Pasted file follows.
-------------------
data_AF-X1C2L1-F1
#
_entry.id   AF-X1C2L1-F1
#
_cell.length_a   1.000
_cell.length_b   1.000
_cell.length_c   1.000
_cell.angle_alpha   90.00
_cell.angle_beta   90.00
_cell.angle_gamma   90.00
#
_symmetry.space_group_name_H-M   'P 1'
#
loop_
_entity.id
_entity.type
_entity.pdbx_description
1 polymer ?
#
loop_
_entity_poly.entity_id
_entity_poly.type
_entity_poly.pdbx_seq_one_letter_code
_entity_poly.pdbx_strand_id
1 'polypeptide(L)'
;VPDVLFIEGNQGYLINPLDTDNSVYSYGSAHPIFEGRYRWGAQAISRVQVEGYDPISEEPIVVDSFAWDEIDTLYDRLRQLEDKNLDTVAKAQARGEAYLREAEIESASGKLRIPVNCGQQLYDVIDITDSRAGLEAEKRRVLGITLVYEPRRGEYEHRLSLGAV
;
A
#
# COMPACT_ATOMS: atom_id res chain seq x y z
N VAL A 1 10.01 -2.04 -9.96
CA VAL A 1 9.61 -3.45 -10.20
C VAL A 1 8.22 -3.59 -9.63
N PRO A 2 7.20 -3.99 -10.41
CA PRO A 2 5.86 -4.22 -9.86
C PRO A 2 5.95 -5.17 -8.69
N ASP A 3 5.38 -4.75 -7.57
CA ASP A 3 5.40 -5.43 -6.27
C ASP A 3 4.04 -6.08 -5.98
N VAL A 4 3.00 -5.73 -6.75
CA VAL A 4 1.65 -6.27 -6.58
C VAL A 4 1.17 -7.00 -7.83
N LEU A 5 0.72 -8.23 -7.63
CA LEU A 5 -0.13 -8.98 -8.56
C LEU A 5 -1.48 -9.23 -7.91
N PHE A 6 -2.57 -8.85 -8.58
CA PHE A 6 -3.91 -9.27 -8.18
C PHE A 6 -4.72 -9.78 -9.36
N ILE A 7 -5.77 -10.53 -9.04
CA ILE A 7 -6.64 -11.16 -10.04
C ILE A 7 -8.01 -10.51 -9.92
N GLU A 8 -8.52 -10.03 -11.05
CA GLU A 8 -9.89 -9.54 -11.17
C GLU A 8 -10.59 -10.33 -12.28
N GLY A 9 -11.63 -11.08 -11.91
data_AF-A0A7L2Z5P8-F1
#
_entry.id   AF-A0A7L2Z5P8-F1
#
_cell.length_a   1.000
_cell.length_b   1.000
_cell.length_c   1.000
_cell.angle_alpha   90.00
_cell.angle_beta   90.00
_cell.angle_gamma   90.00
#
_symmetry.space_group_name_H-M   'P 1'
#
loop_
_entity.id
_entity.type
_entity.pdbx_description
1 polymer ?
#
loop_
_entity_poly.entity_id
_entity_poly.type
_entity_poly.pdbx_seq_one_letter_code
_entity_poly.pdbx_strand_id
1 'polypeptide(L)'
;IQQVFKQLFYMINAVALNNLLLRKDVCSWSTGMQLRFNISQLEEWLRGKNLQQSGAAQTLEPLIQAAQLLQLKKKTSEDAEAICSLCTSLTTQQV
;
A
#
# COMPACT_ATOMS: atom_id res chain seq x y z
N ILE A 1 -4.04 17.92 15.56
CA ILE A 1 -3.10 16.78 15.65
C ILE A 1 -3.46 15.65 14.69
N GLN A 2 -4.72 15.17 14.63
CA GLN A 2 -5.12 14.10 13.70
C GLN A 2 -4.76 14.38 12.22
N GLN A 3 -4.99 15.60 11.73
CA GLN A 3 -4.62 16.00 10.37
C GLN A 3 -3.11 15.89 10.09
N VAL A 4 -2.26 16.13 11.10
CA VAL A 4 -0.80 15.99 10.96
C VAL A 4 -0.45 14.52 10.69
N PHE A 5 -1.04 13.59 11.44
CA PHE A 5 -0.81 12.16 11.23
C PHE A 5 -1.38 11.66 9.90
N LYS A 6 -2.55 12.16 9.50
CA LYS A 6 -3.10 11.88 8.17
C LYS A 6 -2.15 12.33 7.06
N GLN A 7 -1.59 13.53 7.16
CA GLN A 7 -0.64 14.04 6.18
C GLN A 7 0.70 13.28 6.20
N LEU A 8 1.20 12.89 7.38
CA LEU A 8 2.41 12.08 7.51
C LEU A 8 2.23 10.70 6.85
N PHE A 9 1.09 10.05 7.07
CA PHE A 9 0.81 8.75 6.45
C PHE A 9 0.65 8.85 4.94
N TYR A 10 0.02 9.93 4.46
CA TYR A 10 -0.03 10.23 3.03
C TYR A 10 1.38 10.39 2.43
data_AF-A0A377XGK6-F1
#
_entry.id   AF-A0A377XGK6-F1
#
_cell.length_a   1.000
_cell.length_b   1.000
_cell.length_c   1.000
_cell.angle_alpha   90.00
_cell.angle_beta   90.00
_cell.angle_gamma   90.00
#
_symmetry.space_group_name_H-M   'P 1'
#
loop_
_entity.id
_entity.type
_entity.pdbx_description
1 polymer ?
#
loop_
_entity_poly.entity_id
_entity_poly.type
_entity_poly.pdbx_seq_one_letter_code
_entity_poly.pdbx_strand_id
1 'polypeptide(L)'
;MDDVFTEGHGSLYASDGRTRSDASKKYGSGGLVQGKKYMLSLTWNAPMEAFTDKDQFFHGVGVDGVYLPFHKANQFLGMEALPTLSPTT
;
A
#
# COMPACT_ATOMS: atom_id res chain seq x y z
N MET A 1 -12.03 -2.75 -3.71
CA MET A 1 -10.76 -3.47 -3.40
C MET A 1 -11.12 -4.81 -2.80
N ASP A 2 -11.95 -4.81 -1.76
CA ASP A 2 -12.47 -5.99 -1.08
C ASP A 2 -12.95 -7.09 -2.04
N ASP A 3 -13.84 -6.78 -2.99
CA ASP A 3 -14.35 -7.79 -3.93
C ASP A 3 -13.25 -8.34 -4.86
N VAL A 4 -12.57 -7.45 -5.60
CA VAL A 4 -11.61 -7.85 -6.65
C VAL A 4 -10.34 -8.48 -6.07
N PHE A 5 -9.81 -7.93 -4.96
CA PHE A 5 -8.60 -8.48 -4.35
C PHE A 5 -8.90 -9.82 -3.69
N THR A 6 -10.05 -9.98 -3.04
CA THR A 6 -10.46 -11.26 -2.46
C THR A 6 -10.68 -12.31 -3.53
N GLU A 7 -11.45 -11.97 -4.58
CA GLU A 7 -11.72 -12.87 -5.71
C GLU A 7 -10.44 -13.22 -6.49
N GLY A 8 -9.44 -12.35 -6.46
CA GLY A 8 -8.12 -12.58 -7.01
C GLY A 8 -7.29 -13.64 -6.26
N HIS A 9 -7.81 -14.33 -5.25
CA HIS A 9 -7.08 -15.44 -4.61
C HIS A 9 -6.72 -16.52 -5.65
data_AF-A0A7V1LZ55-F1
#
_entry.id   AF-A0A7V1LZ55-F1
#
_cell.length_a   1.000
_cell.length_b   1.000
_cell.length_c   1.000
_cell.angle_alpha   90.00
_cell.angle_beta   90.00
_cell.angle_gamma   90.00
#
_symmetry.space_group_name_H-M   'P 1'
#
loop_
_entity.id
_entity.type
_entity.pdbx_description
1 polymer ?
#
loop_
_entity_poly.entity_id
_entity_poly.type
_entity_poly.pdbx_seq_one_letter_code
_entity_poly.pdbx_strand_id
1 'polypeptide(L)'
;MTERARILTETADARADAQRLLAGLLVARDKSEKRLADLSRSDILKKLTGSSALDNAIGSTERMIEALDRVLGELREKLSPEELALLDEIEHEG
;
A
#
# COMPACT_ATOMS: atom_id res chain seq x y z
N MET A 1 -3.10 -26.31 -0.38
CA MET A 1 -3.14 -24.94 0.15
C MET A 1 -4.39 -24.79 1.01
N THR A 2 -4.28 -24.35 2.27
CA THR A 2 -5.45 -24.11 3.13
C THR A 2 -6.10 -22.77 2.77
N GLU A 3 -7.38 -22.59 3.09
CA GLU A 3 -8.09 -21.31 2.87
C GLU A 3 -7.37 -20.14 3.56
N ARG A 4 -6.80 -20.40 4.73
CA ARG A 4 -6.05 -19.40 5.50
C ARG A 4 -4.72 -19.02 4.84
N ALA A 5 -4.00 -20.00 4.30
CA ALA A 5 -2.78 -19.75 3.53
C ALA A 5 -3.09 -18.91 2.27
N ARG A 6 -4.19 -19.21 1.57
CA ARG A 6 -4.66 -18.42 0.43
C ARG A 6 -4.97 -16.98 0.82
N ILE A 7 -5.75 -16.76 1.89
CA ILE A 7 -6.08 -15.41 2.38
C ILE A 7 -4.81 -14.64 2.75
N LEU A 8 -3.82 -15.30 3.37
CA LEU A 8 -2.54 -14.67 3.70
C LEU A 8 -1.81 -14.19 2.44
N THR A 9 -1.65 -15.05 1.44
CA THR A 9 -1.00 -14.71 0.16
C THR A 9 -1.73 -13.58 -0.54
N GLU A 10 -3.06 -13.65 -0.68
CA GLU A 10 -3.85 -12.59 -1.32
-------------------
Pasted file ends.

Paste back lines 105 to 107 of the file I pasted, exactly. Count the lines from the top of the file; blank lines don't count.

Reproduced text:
CA GLN A 7 -0.64 14.04 6.18
C GLN A 7 0.70 13.28 6.20
N LEU A 8 1.20 12.89 7.38